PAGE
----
The last generations have witnessed an increase in Jewish women’s Torah study and special schools and institutions were founded for this purpose. Previously, influenced by the principle, "All the glory of the king’s daughter is within," (8) women would be educated by their parents and grandparents at home. As sociological conditions changed and girls left the home environment, schools were established for them.
 
A similar concept applies regarding the subject matter studied by women. Initially, on the whole, women were not exposed to those aspects of Torah study which were not related to their actual performance of the mitzvos. At present, however, the sphere of subjects women study has been expanded and includes even abstract concepts that have no immediate application. (9)
 
This is also a result of sociological influences. Within the context of our society, women are required to function on a more sophisticated level than ever before, occupying professional positions that require higher knowledge. (10) To prepare themselves for such activities, they should develop their thinking processes in Torah, training themselves to think on an advanced level within the framework of Torah. This will set the tone for their behavior in the world at large.
 
 
Women are characterized by warmth and a tendency to give. It can be assumed that this will prompt them to share the new knowledge they attain with others, in particular, with the members of their families. The Book of Psalms (11) refers to a woman as akeres habayis, a term which can be interpreted, "the mainstay of the house." The woman determines the nature of the home environment and the encouragement she gives is crucial in motivating her husband and children to study.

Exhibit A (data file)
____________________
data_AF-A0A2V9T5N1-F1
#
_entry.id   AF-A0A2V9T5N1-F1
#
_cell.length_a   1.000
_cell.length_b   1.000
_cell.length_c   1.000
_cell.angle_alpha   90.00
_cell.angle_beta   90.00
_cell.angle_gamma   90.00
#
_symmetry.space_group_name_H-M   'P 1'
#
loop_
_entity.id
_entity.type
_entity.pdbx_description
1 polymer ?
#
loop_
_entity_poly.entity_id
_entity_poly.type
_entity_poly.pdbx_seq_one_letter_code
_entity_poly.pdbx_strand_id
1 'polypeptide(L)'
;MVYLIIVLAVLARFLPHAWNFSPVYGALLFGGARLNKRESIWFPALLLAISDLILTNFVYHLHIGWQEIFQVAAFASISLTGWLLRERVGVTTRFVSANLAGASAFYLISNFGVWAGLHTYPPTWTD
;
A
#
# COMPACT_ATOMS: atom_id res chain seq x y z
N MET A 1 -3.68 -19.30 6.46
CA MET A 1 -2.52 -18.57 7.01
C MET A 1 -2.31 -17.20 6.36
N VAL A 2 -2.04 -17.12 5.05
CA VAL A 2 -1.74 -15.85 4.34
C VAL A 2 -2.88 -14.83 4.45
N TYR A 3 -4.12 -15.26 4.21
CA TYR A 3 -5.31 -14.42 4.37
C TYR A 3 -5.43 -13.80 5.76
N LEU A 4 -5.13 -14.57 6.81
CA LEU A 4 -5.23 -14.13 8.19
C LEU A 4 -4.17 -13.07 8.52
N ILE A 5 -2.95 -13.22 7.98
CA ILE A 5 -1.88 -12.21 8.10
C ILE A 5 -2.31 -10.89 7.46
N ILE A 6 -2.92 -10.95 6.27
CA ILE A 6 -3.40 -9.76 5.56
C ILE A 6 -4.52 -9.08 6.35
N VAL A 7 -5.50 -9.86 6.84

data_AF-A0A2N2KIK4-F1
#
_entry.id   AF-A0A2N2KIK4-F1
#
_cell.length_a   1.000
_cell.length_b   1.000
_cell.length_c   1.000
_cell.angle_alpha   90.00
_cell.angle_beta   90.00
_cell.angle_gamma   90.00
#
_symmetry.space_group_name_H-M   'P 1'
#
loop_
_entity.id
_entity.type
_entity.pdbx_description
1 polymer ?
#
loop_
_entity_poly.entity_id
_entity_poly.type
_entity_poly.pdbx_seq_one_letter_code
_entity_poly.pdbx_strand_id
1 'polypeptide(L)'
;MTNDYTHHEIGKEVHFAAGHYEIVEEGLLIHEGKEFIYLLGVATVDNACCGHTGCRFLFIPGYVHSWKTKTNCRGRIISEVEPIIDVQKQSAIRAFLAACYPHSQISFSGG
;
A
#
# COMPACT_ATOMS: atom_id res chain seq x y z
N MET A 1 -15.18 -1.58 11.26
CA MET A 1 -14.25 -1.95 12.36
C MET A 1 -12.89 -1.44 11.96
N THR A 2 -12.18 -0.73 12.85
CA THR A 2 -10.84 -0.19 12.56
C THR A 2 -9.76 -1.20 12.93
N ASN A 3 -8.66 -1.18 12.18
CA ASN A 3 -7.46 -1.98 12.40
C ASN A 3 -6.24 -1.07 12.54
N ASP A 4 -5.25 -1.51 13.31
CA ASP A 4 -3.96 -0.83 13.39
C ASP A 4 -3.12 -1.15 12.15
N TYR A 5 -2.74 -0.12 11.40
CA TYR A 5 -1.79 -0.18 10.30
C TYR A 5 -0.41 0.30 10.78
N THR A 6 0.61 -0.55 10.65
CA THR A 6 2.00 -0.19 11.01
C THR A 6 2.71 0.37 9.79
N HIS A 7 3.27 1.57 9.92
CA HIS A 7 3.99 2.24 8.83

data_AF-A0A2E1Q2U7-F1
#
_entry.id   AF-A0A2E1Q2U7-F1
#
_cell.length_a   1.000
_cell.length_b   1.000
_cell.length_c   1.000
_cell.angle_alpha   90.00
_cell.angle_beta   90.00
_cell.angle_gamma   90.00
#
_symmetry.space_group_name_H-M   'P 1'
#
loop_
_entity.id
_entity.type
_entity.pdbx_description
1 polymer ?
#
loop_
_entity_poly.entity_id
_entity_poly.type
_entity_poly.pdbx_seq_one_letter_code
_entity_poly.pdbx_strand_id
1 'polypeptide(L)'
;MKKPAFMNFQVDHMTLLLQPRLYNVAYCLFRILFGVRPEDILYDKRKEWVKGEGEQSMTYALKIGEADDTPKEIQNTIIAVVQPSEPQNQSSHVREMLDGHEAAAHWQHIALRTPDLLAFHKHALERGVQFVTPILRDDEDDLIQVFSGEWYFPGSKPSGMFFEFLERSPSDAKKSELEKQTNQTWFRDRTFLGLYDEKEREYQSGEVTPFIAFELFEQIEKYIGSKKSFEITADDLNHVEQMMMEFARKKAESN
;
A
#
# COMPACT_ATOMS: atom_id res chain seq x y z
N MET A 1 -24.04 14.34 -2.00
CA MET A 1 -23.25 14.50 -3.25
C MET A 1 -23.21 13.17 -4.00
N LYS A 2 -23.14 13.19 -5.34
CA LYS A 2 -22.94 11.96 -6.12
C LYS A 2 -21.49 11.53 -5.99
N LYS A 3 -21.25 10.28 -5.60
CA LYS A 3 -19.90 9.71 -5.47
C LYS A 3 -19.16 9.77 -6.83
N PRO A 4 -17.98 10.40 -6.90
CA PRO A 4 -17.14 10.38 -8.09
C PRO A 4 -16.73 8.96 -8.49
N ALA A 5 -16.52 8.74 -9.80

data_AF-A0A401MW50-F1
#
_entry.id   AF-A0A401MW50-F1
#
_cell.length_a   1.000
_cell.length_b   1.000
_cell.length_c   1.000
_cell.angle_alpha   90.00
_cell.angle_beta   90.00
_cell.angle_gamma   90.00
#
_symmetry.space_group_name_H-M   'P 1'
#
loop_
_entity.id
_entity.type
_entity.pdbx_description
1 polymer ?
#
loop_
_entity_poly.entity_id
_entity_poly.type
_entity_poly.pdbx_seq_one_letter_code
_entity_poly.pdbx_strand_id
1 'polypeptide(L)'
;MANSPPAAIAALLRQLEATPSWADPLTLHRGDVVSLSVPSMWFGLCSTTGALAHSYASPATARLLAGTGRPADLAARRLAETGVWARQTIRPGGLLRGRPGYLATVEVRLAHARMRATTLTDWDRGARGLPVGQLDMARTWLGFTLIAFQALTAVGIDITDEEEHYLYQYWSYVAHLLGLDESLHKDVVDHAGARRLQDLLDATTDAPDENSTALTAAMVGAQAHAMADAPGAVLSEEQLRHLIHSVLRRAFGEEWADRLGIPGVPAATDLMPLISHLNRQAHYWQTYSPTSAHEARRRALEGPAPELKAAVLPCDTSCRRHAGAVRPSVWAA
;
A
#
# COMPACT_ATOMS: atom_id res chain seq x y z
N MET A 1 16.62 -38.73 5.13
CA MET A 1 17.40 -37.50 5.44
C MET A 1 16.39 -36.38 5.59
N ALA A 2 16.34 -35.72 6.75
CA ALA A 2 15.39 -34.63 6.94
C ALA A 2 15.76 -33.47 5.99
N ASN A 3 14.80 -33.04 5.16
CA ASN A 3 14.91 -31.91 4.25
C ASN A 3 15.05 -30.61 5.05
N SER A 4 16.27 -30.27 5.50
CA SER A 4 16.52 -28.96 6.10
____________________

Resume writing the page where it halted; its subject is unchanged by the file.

One of the most important dimensions of chinuch (education) is the development of a personal connection with the subject matter. This is stimulated by the love and positive feeling generated by the teacher. Women have greater natural gifts for this approach. Thus, though a father makes an important contribution to a child’s education, his efforts lie primarily in testing the child’s knowledge. In contrast, a mother discusses the subjects her children are learning with them and brings out the dimension which is relevant to their lives. Furthermore, women are at home with a child much more frequently and are more attuned to his day to day feelings. This makes them more capable of communicating the concept in terms which a child can relate to.
 
When relating the mitzvah to educate our children, our Sages (12) used the expression, l’hazhir, also related to word "shining." Through educating children, one’s own knowledge increases to the point where one shines. Thus, the concepts mentioned above should stimulate a cycle of growth. The increase in women’s Torah knowledge should bring about an increase in their efforts to educate others which, in turn, will bring about a greater increase in their own knowledge.
 
 
The Rabbis explain that just as it is a mitzvah to taste the food to be served on Shabbos on Friday, (13) at present, in the era directly before the coming of the Mashiach, it is a mitzvah to enjoy a foretaste of the revelations of that age. The Messianic age will be characterized by an abundance of knowledge, "The occupation of the entire world will be solely to know G-d. The Jews will be great sages and know hidden matters." (14) Therefore, the present age should also be characterized by increased knowledge.